Here for your guidance – Personal Nutrition Language Explained

RDAs or DRIs – what’s the difference – Personal Nutrition Language Explained…

When you start looking into the world of personal nutrition and exploring what you’re supposed to eat and how much, it can quickly become quite confusing. Part of the problem is that different experts and resources use different language. So let’s try to break it down for you so you can make the best decisions for yourself and your health.


RDA stands for Recommended Daily Allowance. The Institute of Medicine uses this terminology. The United States Food and Drug Administration, FDA, used to use the term as well, though you’d likely see it as US RDA. It’s essentially a recommendation for the amount of nutrients, including vitamins and minerals that you need. It’s a term that is losing favor as it’s replaced by other more specific terms and measurements.

Personal Nutrition Language Explained - Confusion
Personal Nutrition Language Explained – Confusion


DV stands for Daily Value and it’s the term that the FDA now uses instead of RDA. Confused yet? They changed it to reflect food labeling. For example, if you read the side of a can of soup, you might see 50 percent of your DV when talking about sodium or sugar. It’s a tool to help you compare labels and in theory help you make sure you’re getting enough nutrients and not too much sugar, sodium, and fat.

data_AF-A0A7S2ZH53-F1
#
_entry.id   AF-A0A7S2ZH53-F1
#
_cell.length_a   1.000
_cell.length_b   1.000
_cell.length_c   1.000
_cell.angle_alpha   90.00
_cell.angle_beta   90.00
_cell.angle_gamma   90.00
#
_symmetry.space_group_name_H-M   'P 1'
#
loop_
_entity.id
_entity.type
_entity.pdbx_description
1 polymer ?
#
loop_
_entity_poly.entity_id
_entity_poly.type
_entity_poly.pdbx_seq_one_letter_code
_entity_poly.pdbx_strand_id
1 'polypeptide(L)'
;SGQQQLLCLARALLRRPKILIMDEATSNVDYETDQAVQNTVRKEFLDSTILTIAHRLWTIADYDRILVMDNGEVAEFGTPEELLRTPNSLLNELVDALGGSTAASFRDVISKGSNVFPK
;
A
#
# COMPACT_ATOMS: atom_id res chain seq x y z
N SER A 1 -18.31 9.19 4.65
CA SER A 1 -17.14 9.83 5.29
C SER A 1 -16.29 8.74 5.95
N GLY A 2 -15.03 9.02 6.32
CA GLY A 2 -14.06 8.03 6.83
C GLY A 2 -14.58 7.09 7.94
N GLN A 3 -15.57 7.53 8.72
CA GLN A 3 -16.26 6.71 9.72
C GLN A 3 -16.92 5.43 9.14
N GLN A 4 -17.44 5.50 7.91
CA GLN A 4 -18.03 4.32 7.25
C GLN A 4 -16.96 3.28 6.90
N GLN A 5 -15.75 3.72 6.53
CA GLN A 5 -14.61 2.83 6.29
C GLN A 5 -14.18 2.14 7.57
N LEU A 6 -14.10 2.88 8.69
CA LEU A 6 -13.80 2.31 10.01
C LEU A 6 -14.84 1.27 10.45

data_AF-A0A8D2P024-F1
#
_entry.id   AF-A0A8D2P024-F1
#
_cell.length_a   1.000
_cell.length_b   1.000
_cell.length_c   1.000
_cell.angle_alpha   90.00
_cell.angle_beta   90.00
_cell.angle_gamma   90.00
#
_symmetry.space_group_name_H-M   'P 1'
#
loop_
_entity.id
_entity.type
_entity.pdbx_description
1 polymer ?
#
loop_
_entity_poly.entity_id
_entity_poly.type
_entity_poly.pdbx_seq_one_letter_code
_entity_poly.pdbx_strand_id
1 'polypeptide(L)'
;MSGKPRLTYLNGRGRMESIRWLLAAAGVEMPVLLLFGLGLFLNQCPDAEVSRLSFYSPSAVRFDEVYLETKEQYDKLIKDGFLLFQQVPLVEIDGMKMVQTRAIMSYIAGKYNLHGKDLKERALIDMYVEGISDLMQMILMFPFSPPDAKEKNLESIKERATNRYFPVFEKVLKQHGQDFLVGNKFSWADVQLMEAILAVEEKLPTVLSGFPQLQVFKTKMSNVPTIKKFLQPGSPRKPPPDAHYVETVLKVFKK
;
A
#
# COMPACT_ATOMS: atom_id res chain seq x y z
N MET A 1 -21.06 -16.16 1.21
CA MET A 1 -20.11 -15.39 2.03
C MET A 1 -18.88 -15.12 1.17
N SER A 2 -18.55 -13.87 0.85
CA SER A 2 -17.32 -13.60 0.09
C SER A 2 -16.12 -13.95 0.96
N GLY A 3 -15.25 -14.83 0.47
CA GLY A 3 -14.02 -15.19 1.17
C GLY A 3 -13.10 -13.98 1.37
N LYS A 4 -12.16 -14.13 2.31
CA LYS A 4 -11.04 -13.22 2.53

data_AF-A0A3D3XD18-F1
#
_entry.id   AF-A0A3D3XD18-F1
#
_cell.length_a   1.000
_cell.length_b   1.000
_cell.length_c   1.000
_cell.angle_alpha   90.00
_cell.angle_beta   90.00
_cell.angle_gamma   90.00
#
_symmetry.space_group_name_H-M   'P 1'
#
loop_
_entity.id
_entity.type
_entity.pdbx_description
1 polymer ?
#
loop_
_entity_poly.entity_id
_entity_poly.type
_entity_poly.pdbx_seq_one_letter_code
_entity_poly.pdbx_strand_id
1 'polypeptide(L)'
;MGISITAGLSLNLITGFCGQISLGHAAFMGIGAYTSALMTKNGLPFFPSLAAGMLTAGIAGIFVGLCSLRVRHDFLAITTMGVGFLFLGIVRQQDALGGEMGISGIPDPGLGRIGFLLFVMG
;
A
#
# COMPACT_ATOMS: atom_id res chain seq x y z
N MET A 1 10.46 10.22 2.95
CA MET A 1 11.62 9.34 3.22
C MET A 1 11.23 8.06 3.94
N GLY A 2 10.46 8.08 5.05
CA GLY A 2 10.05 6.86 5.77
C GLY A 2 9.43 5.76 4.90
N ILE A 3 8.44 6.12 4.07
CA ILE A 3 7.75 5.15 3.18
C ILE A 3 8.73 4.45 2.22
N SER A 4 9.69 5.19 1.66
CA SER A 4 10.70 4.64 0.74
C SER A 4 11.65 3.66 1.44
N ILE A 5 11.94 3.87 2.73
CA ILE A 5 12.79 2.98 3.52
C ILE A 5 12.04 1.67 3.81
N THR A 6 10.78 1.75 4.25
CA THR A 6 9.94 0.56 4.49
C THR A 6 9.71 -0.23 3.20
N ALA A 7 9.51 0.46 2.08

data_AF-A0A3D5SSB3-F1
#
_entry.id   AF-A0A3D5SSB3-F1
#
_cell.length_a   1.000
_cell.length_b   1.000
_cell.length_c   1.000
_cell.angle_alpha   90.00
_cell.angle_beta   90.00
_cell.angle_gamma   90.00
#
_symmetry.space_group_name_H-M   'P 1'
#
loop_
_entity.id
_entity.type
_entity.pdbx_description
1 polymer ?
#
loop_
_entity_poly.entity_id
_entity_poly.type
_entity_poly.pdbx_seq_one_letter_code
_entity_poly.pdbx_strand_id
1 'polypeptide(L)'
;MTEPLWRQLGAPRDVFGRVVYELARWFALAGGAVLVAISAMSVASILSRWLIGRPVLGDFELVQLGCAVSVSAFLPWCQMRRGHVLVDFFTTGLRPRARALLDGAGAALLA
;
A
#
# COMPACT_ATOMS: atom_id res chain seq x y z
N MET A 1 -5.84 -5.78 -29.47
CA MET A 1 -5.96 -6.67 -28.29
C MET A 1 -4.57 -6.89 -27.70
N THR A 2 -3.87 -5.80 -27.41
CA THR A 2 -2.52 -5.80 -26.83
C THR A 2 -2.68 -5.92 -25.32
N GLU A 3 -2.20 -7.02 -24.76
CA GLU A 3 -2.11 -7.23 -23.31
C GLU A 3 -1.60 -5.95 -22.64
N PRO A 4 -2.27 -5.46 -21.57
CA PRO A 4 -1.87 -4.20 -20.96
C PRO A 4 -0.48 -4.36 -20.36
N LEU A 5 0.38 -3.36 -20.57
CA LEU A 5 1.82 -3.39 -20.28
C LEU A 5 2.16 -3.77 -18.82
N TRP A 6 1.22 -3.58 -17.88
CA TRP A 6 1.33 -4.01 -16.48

Adequate intake is a measurement of vitamins and minerals, although you don’t see this very often. Created by the Institute of Medicine, they’re used in cases where no RDA is established. However, when you look at vitamins and supplements, you’ll likely see the next one on this list.

[thrive_link color=’light’ link=’’ target=’_blank’ size=’medium’ align=’aligncenter’]Superfoods for Mind and Body[/thrive_link]


UL, or Tolerable Upper Intake Levels, is defined as the maximum level of total chronic daily intake of a nutrient from all sources that is unlikely to create a risk of adverse health effects to humans. Read the label on a multivitamin and you’ll see both UL and DV as a percentage. For example, vitamin A in a traditional and popular over-the-counter multi says that it has 2500 UL and 50% DV per serving.


Daily Reference Intake is a calculation created by the IOM, Institute of Medicine, that looks at several factors including RDA, AI and a measurement that we haven’t talked about, EAR. You just aren’t likely to see EAR unless you become a nutritionist. EAR stands for Estimated Average Requirement.

So how do you compare?

What information is useful? If you’re eating whole foods, there is no label so there’s nothing to compare. The only time this information becomes truly useful is when you’re looking at the label on a product and making sure that you’re getting more nutrients than junk. Also, it’s useful if you’re comparing supplements. Otherwise, strive to eat vegetables, nuts and seeds, meat and some fruit.

[pullquote align=”normal”]Choose a variety and enjoy. [/pullquote]

Next time, we’ll talk about the importance of diet when it comes to reducing inflammation.

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